“I was working in the Albury TerryWhite for a while and I live in Wodonga, which was generally a 10-minute commute. That’s turned into about an hour commute as we have to stop at the border, we have to show passes,” explained Ms Wilson.

“Legislatively it’s been difficult—we’ve got patients living in Wodonga that have DD scripts in Albury, and they can’t move those scripts because legally they need to be kept on file in NSW, they can’t be moved from that pharmacy. So that’s another issue. So there have been hurdles like that, that really have been impacted with the border change.

“Usually we get people coming in locally that need scripts compounded as well and our compounding pharmacies are in Albury. Couriers can still come over and patients are like, ‘how am I going to get this done?’.

“Courier drivers can still come across because they’re transporting essential medicines across the border, we’re trying to get that information out there as well.

“But the thing we’re also trying to get across is that you need to stay at home. We can deliver to you, we can knock on your door, we can do contactless delivery if you can just stay at home,” she told the AJP.

“People just want to get out, I understand that it’s frustrating being at home but if you can just stay at home, it’ll be over quicker.”

Changing predictions

Prior to the upswing in cases in Victoria, and to a lesser extent, NSW, experts had been predicting a gradual easing of the impacts of the retail crisis on community pharmacy.

Leading pharmacy business analyst Bruce Annabel says the recent developments have forced an adjustment to those predictions.

“I had speculated we would enjoy a U shaped recovery with a longish bottom part of the U and then a more or less 45 degree up-kick to complete the U, “ he told the AJP.

“But the Victorian situation will extend the length of the U bottom section, which will likely be very bumpy after the support (governments, landlords and banks principally) is tapered down and then expires next year some time”.

“I refer to this as being like when the tide goes out—we see what lies beneath which isn’t always very pretty,” he says.

“In this case we will likely see high unemployment and bankrupt businesses along with commercial property owners and banks wearing a lot of the fallout.

However, he says pharmacies are likely to “do okay” as they did in the 1989–1992 recession and the brief GFC recession, but advises that they will need to make some changes.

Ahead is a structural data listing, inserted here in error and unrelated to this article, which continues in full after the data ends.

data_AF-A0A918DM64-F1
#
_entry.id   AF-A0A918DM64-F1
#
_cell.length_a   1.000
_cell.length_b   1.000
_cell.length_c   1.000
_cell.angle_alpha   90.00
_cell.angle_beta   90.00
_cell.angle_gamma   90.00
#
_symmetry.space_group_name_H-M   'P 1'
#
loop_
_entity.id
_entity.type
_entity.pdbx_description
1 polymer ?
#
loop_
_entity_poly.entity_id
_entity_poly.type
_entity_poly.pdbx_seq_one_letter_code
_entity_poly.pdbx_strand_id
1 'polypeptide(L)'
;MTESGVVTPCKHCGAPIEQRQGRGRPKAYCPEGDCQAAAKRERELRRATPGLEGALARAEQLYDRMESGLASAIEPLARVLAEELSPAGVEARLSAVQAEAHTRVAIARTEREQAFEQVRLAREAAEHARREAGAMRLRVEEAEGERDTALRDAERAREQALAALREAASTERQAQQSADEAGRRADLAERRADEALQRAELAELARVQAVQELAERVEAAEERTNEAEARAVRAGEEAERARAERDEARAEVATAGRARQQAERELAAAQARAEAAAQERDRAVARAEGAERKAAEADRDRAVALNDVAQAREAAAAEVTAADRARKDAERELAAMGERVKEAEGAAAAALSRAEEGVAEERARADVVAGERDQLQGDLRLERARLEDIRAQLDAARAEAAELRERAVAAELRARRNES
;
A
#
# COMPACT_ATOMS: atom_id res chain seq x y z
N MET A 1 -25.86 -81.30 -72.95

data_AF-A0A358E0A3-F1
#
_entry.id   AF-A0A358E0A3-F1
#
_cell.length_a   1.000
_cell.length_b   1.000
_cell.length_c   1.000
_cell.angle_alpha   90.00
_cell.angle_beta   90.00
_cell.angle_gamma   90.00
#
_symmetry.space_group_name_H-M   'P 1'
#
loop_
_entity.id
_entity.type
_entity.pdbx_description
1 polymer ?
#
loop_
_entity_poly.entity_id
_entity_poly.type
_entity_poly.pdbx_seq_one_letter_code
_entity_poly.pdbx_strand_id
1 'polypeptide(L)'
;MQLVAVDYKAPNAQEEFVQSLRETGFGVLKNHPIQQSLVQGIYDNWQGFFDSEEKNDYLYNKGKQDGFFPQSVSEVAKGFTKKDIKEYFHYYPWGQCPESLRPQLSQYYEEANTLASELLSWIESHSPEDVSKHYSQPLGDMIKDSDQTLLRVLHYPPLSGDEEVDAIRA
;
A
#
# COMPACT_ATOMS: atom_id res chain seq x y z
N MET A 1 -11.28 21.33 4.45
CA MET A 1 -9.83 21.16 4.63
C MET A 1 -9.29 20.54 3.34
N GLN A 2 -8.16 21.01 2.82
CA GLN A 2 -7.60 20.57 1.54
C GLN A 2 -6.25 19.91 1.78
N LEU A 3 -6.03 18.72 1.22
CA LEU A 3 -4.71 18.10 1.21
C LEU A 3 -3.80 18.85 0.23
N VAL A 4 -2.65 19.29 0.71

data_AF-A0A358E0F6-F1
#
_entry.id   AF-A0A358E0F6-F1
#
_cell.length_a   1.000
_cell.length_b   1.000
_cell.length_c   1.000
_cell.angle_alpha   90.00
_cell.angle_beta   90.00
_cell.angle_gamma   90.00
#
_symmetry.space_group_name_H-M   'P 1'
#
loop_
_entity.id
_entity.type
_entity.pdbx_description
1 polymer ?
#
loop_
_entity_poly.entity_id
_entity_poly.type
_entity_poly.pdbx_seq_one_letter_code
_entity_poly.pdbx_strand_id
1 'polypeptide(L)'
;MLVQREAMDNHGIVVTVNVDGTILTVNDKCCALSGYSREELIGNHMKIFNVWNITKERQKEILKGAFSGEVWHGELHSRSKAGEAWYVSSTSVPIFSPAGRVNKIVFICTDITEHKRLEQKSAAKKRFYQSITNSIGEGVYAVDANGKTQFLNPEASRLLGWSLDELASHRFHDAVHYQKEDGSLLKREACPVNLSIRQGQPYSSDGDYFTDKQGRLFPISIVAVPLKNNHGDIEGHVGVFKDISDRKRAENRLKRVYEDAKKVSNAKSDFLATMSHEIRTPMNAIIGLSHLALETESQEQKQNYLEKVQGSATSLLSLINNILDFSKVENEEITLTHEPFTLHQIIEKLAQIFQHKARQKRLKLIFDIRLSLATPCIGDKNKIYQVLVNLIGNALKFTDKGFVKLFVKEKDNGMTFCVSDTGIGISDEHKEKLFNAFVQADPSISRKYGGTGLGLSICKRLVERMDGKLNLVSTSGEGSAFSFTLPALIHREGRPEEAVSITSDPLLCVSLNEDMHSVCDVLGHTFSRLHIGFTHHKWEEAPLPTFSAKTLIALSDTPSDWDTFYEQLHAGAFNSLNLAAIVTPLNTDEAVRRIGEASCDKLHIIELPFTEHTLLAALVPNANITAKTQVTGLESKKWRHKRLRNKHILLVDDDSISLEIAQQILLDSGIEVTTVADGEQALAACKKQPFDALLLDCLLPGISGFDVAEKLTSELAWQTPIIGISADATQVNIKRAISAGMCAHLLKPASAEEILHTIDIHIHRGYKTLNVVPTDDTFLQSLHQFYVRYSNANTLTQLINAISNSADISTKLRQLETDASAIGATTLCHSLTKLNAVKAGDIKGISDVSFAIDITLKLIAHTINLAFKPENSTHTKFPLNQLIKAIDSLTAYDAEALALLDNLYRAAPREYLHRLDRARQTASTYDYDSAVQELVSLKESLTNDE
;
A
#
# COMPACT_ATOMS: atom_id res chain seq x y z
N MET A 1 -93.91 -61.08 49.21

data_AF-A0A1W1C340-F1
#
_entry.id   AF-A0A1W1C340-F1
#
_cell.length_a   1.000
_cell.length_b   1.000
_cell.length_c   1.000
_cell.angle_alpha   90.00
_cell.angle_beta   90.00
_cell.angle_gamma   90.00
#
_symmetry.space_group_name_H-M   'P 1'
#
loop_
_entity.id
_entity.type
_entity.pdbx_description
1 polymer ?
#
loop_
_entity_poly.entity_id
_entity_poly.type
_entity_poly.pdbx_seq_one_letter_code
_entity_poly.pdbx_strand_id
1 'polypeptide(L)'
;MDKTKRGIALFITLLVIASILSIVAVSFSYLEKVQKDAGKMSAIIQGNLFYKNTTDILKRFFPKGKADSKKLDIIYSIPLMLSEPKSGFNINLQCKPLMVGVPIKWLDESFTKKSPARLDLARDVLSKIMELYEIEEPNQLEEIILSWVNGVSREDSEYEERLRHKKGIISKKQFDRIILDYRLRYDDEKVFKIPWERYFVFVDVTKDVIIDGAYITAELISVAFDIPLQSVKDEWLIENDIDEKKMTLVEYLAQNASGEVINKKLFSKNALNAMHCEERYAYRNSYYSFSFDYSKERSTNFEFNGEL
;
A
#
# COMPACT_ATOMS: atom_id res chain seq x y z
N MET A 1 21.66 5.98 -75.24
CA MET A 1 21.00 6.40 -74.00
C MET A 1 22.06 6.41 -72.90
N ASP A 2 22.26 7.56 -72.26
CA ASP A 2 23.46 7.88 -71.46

“Mal Scrymgeour and I have written [in this issue] about pharmacies needing to re-shape their businesses during the next few months to be in the best shape possible to get through and help patients. That is, they need to differentiate, avoid discounting because they won’t afford it, get their pricing right, re-merchandise by cutting back on the sundries, and pharmacists need to prepare to help patients many of whom will struggle,” Mr Annabel says.

“Wary and worried consumers will cut back hard on discretionary spend, while maintaining demand for essentials such as scripts, medicines, etc”.

A change of location

Recent reports predict a difficult future for many suburban shopping malls.

Shopping Centres Australasia Property Group has reported a 22% slump in full-year earnings as specialty tenants fall behind in paying rent, with coronavirus restrictions denting their sales, News Ltd media reported in mid-August. Their COVID-19-related rental shortfall amounted to $22.7m.

Reports such as this had led some retail experts to warn of a coming rise in potential US-style ‘dead malls’ in Australia.

“Pharmacies located in the costly high-end shopping centres have been slowly dying over the past 5 to 10 years due to lack of growth, difficult landlords, excessive space and ridiculous rents,” says Bruce Annabel.

“Due to the excessive space into which banners/owners have plonked huge ranges of retail sundries, front-of-shop, non-health related sales have plummeted. I expect these are regarded as discretionary and people are buying more on price and range from hard discounters and supermarkets, not to mention online,” he said.

“These pharmacies suffer from excess-to-needs space per m2, excessive rent and less traffic, particularly in the retail sundries section. It’s a nasty cocktail that they will only survive through relocating or radically trimming space and rent”.

Mr Annabel said some of his client pharmacies located in shopping centres are doing well because they have two entrances, one being accessed directly from the carpark.

“They aren’t buried within the centre,” he said. “By comparison pharmacies in strip and smaller neighbourhood locations are doing well as they are more convenient, easily accessed and people perceive them as being less risky. Many of these carry a lot less stock weight of the retail sundries and enjoy lower overheads.”

Also, some ‘locked in’ medical centre pharmacies, dependent entirely on scripts generated by the GPs, were struggling as GPs expand their telehealth usage.